The National Academy of Sciences is a private, nonprofit, self-perpetuating society of distinguished scholars engaged in scientific and engineering research, dedicated to the furtherance of science and technology and to their use for the general welfare. Upon the authority of the charter granted to it by the Congress in 1863, the Academy has a mandate that requires it to advise the federal government on scientific and technical matters. Dr. Bruce Alberts is president of the National Academy of Sciences.
The National Academy of Engineering was established in 1964, under the charter of the National Academy of Sciences, as a parallel organization of outstanding engineers. It is autonomous in its administration and in the selection of its members, sharing with the National Academy of Sciences the responsibility for advising the federal government. The National Academy of Engineering also sponsors engineering programs aimed at meeting national needs, encourages education and research, and recognizes the superior achievements of engineers. Dr. Robert M. White is president of the National Academy of Engineering.
The Institute of Medicine was established in 1970 by the National Academy of Sciences to secure the services of eminent members of appropriate professions in the examination of policy matters pertaining to the health of the public. The Institute acts under the responsibility given to the National Academy of Sciences by its congressional charter to be an adviser to the federal government and, upon its own initiative, to identify issues of medical care, research, and education. Dr. Kenneth I. Shine is president of the Institute of Medicine.
The National Research Council was organized by the National Academy of Sciences in 1916 to associate the broad community of science and technology with the Academy's purposes of furthering knowledge and advising the federal government. Functioning in accordance with general policies determined by the Academy, the Council has become the principal operating agency of both the National Academy of Sciences and the National Academy of Engineering in providing services to the government, the public, and the scientific and engineering communities. The Council is administered jointly by both Academies and the Institute of Medicine. Dr. Bruce Alberts and Dr. Robert M. White are chairman and vice chairman, respectively of the National Research Council.
The work of the Board on International Comparative Studies in Education is supported with funds from the National Science Foundation and the National Center for Education Statistics, through a grant from the National Science Foundation.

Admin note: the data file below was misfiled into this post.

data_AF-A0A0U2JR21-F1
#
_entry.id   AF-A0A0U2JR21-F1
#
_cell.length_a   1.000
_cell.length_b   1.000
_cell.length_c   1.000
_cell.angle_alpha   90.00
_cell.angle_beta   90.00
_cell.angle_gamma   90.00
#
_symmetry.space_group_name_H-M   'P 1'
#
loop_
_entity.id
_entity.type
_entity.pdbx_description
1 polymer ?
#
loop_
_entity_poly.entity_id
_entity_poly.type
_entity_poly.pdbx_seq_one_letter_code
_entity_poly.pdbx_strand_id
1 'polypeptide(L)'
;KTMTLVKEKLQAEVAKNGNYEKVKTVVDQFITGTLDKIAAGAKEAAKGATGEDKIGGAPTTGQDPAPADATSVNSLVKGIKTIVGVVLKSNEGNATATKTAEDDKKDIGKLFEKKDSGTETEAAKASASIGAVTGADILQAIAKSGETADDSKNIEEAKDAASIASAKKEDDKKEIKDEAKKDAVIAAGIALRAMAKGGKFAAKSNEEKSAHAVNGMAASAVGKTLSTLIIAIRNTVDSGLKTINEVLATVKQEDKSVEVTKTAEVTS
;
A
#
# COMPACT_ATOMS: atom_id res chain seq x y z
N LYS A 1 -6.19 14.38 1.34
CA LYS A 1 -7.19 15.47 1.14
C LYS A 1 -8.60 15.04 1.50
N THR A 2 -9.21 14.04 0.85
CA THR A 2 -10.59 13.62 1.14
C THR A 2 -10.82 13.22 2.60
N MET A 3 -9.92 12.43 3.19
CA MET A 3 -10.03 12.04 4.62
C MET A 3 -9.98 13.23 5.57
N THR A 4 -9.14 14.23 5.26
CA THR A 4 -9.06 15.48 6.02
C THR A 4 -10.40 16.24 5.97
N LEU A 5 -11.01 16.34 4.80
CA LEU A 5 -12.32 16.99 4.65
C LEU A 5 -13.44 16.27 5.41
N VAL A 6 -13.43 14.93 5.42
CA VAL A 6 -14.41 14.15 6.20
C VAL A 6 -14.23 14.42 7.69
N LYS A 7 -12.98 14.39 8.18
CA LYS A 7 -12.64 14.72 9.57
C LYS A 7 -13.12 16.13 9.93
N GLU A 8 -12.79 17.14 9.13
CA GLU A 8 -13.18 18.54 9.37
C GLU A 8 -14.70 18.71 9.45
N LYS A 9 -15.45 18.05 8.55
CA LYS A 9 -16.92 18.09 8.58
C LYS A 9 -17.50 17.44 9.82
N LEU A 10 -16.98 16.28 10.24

Copyright 1995 by the National Academy of Sciences. All rights reserved.
Board on International Comparative Studies in Education
Commission on Behavioral and Social Sciences and Education
National Research Council
International Comparative Studies in Education: Descriptions of Selected Large-Scale Assessments and Case Studies
Interest in education abroad and how it compares to schooling in the United States has been rising among policy makers, researchers, and practitioners. Since its inception in 1988, the Board on International Comparative Studies in Education (BICSE) has monitored U.S. participation in those cross-national comparative studies in education that are funded by its sponsors, the National Center for Education Statistics and the National Science Foundation. It has also provided a forum for information and discussion, which has led it to request presentations on selected additional studies of special interest to the board and its sponsors.
As a result, BICSE has in its records information about the aims, designs, and intended outcomes of a number of the largest international studies in education that have been undertaken in recent years. BICSE 's collection clearly does not cover all or even a representative sampling of the broad range of studies available on comparative and international education issues. Nevertheless, BICSE's accumulated information represents a valuable resource on a variety of studies, a compilation that is not available elsewhere. Participants at the Second International Conference on Long-Range Planning for Large-Scale Collections of International Education Statistics convened by BICSE in January 1993 urged BICSE to make such international study information available to interested individuals in the United States and in other countries as well.
This set of international study descriptions represents a status report on 17 projects presented to BICSE. The study descriptions were compiled by Jane Phillips of the BICSE staff from information submitted to the board by each project's staff; each compilation was then submitted to its respective project director for editing and updating. These updates were accomplished at various times in 1994, as indicated in the individual project descriptions. BICSE has not evaluated or edited the descriptions, but merely presents them as reports by the projects themselves on their activities. Each study description indicates key contact persons for that project who can provide further information and subsequent updates on progress and findings.
The Board on International Comparative Studies in Education has a limited number of copies of this collection of descriptions for complementary distribution. (2101 Constitution Avenue, Harris 178, Washington, D.C., 20418, U.S.A.; telephone: 1/202/334-3010; facsimile: 1/202/334-3584)
The document will also be made available on Internet through World Wide Web. It may be accessed by using the World Wide Web address. (http://www.nas.edu/)
The U.S. Department of Education Educational Resources Information Center (ERIC) will have the document on microfiche. (ERIC, 1301 Piccard Dr., Suite 300, Rockville, Maryland 20850-3238, U.S.A.; telephone: 1/301/258-5500)